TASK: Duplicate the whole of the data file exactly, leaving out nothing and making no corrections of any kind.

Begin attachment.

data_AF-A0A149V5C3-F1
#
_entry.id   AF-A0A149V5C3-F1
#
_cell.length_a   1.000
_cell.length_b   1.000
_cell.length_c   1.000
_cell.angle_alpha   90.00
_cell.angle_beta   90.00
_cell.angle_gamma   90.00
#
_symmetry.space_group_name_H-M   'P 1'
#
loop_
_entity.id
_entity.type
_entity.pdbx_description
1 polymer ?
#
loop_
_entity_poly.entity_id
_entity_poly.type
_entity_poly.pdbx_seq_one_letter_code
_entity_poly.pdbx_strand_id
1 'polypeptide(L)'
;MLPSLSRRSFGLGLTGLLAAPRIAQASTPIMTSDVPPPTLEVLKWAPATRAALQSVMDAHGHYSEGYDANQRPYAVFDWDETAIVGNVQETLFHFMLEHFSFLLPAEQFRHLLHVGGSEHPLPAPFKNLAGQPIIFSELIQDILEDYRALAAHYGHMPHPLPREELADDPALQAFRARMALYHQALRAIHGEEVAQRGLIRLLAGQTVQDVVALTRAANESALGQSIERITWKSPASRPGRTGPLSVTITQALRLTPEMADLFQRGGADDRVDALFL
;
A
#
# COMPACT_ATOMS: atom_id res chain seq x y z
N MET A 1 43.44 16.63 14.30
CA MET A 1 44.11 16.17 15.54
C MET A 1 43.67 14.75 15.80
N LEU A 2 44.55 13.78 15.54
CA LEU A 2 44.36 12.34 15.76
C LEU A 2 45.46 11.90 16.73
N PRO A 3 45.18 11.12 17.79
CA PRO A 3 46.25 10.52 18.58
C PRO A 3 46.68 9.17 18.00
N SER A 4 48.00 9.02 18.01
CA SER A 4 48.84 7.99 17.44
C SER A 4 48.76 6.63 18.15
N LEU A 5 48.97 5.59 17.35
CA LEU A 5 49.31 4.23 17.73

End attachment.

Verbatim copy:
data_AF-A0A149V5C3-F1
#
_entry.id   AF-A0A149V5C3-F1
#
_cell.length_a   1.000
_cell.length_b   1.000
_cell.length_c   1.000
_cell.angle_alpha   90.00
_cell.angle_beta   90.00
_cell.angle_gamma   90.00
#
_symmetry.space_group_name_H-M   'P 1'
#
loop_
_entity.id
_entity.type
_entity.pdbx_description
1 polymer ?
#
loop_
_entity_poly.entity_id
_entity_poly.type
_entity_poly.pdbx_seq_one_letter_code
_entity_poly.pdbx_strand_id
1 'polypeptide(L)'
;MLPSLSRRSFGLGLTGLLAAPRIAQASTPIMTSDVPPPTLEVLKWAPATRAALQSVMDAHGHYSEGYDANQRPYAVFDWDETAIVGNVQETLFHFMLEHFSFLLPAEQFRHLLHVGGSEHPLPAPFKNLAGQPIIFSELIQDILEDYRALAAHYGHMPHPLPREELADDPALQAFRARMALYHQALRAIHGEEVAQRGLIRLLAGQTVQDVVALTRAANESALGQSIERITWKSPASRPGRTGPLSVTITQALRLTPEMADLFQRGGADDRVDALFL
;
A
#
# COMPACT_ATOMS: atom_id res chain seq x y z
N MET A 1 43.44 16.63 14.30
CA MET A 1 44.11 16.17 15.54
C MET A 1 43.67 14.75 15.80
N LEU A 2 44.55 13.78 15.54
CA LEU A 2 44.36 12.34 15.76
C LEU A 2 45.46 11.90 16.73
N PRO A 3 45.18 11.12 17.79
CA PRO A 3 46.25 10.52 18.58
C PRO A 3 46.68 9.17 18.00
N SER A 4 48.00 9.02 18.01
CA SER A 4 48.84 7.99 17.44
C SER A 4 48.76 6.63 18.15
N LEU A 5 48.97 5.59 17.35
CA LEU A 5 49.31 4.23 17.73